The first time I saw Scott Burgess’s review of the Chrysler 200, I very nearly posted a screengrab of the headline to TTAC as a conversation-starter. Why? Because when a Detroit automaker re-launches a worked-over vehicle in a crucial segment and then hypes it with a Detroit-boosting Super Bowl ad, the local paper just doesn’t go and slam the car in question. In fact, it’s rare to ever see a negative review of a Detroit-made vehicle in either the Detroit News or its sister paper the Detroit Free Press. Ultimately I decided against pointing out the DetN’s slam, as one headline does not a story make… unless, of course, it does. Jalopnik.com reports that Burgess has resigned from the Detroit News, and that a number of his bon mots have been excised from the online version of his 200 review. Lines like “regrettably, the 200 is a dog,” as well as his conclusion that
It’s vastly improved, but that’s only because it was so horrendous before. Hopefully, this car is a placeholder until the real redesigned 200 arrives – eventually.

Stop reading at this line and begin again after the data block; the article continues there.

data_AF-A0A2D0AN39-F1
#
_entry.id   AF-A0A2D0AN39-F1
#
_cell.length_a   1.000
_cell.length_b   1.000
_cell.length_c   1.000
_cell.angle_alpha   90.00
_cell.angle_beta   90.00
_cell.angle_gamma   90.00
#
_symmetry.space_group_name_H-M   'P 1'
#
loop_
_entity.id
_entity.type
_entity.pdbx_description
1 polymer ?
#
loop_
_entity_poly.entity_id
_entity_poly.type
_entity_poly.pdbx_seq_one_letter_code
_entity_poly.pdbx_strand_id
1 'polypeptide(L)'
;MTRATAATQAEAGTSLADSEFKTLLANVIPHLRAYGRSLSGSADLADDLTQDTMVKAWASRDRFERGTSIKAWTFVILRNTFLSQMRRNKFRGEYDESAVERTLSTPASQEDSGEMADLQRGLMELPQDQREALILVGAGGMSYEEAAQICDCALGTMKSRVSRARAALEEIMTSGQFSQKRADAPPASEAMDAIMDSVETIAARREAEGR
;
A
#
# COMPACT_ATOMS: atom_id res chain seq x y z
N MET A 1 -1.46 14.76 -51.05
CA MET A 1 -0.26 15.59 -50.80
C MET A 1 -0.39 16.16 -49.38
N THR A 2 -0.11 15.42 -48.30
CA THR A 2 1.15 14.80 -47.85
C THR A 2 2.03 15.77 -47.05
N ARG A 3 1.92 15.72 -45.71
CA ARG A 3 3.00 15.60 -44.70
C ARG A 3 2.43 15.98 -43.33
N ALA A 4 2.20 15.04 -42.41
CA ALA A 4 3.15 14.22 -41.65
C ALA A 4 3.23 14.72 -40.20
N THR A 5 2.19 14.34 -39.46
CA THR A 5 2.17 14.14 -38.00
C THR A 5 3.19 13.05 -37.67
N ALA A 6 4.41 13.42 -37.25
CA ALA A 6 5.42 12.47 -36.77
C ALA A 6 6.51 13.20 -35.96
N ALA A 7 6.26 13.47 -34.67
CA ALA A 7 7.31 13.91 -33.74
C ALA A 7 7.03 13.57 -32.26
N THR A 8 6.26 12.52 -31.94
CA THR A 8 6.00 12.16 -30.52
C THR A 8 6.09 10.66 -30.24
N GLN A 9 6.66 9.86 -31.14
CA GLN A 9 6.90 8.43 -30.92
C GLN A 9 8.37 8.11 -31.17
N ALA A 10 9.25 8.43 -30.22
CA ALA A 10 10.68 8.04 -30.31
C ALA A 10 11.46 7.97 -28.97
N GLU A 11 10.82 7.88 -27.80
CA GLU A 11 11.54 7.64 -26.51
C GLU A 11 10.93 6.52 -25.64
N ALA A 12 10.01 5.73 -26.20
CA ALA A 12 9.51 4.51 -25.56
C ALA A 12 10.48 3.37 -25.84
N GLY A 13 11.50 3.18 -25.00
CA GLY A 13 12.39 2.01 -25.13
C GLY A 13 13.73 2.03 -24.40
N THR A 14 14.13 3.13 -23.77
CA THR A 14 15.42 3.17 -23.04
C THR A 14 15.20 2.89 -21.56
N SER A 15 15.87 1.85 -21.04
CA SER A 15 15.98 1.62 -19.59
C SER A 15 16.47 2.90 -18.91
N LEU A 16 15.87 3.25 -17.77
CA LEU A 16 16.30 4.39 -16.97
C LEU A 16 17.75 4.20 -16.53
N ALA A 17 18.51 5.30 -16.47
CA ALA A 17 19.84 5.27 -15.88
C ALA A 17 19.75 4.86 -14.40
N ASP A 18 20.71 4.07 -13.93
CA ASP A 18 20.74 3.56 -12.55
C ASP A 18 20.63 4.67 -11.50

The only thing this 200 proves is that good enough is never going to be good enough.
The Detroit News hasn’t yet commented on the story, but Jalopnik’s investigation creates a pretty damning case against the paper [Ed: for all we knock 'em, we have to acknowledge El Jalop's fine work here]. The DetN may have lost a huge amount of credibility by forcing out Burgess for daring to tell the truth, but this story will only help draw more awareness to the ugly reality that still defines too much of the automotive media. Painful incidents like this one will ultimately leave the automotive media more healthy for having forced writers to stand up for the truth.